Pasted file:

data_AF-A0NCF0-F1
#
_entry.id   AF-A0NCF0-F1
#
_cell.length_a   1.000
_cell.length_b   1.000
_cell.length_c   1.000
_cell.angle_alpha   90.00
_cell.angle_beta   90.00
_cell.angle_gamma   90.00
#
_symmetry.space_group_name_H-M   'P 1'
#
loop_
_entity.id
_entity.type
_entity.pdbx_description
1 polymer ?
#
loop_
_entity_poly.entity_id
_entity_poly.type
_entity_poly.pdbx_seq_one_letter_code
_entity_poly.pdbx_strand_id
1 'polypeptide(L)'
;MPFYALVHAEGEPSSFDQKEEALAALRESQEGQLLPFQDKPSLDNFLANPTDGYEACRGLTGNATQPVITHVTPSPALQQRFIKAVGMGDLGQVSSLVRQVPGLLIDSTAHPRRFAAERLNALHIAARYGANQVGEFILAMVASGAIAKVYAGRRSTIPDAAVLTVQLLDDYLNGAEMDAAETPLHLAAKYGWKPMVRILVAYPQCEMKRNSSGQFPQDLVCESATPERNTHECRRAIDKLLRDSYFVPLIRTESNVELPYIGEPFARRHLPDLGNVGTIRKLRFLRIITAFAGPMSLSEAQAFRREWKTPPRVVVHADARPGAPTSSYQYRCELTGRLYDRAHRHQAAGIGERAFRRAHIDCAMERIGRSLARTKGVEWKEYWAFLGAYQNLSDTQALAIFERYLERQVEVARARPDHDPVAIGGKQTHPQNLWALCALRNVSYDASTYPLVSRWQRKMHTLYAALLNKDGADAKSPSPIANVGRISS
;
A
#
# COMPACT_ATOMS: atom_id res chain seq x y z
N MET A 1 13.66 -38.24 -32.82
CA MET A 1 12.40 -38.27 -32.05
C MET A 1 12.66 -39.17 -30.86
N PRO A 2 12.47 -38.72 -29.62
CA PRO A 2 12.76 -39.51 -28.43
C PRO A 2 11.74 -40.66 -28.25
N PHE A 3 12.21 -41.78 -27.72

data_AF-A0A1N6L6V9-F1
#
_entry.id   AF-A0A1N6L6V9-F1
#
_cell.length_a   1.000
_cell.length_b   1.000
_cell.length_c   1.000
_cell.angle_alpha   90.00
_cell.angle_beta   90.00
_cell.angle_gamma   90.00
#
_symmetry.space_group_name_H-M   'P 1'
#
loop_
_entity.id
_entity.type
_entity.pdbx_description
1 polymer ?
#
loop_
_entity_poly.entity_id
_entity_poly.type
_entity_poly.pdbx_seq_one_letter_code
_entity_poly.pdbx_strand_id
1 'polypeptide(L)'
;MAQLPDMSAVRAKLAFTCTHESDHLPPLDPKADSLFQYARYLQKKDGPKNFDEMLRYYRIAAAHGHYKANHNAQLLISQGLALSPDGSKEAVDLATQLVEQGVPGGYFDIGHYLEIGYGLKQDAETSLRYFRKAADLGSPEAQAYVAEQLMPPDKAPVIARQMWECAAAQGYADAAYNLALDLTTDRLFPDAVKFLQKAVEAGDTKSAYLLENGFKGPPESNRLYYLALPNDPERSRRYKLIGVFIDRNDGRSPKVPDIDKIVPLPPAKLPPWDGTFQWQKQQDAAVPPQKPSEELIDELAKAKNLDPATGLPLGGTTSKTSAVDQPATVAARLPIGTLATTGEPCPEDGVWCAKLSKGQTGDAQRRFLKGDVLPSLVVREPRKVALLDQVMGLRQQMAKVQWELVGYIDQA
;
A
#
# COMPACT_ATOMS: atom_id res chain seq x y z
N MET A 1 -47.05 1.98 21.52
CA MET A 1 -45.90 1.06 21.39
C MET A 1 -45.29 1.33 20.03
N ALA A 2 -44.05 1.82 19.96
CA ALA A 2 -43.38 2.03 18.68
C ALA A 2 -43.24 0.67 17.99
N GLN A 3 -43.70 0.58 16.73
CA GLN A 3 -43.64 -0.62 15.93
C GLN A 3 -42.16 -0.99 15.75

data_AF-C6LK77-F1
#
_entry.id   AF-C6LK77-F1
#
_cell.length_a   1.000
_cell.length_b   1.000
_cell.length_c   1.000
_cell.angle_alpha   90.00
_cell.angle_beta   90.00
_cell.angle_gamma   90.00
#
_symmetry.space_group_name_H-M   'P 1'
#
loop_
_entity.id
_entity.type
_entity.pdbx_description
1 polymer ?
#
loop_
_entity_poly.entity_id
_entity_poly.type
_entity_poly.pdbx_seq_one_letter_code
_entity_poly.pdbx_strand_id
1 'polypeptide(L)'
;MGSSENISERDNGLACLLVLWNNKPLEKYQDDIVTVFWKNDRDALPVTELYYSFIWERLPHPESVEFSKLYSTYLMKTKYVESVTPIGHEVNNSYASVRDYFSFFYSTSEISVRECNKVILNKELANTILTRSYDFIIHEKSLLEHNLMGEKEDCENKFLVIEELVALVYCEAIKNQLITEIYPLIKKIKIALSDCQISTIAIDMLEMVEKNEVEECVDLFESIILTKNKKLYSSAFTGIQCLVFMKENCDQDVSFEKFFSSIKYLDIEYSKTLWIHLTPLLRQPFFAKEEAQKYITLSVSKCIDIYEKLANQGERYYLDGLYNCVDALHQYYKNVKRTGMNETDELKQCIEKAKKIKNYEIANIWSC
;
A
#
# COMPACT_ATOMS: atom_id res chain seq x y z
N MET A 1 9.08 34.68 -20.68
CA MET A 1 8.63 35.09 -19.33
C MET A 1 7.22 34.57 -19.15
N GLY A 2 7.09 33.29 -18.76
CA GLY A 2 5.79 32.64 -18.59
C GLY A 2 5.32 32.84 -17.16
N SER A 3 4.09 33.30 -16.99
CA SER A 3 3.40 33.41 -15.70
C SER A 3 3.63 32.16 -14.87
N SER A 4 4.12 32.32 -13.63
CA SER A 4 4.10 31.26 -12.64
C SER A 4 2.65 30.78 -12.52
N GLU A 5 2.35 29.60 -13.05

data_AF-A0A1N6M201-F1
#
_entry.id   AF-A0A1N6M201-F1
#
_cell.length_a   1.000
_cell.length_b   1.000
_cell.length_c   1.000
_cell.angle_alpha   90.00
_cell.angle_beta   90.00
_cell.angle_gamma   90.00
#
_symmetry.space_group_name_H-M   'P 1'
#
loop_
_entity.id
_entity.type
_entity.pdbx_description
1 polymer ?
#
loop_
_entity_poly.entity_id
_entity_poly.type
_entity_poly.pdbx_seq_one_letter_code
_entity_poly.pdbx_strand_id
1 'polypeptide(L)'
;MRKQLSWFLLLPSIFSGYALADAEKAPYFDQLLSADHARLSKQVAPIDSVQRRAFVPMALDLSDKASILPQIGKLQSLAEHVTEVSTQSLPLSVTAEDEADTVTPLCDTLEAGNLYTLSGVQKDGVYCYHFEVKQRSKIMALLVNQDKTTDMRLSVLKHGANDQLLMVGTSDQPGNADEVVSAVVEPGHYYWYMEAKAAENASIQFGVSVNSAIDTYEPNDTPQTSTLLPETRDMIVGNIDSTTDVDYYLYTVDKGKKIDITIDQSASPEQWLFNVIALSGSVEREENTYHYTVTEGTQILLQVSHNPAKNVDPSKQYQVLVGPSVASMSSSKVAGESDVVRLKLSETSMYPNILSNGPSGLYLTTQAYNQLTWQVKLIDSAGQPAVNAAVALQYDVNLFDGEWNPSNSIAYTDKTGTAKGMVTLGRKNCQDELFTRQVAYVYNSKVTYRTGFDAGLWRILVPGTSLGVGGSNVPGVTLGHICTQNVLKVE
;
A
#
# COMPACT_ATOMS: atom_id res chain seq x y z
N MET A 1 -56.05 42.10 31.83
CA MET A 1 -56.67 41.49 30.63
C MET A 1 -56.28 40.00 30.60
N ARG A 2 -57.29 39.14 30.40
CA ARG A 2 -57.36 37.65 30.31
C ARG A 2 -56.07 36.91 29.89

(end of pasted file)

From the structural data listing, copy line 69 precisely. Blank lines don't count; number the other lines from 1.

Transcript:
CA MET A 1 -45.90 1.06 21.39